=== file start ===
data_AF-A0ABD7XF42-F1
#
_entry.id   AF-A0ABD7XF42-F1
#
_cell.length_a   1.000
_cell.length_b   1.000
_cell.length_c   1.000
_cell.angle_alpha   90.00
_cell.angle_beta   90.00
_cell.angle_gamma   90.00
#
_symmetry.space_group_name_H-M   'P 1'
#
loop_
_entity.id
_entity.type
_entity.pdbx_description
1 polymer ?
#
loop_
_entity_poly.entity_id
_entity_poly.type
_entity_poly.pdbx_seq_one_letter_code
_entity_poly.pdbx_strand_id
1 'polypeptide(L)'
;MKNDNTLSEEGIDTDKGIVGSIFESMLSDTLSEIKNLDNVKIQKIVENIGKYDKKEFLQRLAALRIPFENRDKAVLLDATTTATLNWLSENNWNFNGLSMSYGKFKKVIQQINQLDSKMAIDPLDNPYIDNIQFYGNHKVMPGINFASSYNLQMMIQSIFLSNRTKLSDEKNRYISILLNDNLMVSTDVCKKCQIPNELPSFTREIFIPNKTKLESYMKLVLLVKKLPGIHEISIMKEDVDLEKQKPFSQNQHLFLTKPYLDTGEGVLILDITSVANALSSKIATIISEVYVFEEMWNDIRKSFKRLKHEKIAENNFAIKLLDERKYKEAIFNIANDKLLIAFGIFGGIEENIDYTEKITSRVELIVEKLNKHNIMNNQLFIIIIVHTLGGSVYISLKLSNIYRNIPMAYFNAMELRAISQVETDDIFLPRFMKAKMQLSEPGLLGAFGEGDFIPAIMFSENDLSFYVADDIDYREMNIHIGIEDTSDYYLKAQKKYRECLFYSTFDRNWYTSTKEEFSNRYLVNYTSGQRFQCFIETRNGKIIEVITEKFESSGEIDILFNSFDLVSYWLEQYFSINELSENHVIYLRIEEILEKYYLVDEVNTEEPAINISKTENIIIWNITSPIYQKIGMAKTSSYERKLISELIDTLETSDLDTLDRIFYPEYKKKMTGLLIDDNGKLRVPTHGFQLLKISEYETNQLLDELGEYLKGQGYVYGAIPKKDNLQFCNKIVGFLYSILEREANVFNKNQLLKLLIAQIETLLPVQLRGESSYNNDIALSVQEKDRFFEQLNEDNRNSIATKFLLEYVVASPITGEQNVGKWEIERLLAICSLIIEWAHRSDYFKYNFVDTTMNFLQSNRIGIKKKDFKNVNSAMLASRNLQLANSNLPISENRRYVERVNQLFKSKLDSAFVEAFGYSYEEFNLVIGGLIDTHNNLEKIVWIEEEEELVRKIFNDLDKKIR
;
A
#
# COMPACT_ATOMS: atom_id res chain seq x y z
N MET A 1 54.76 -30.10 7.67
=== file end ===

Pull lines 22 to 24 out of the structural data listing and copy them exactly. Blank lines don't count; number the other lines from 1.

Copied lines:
_entity_poly.type
_entity_poly.pdbx_seq_one_letter_code
_entity_poly.pdbx_strand_id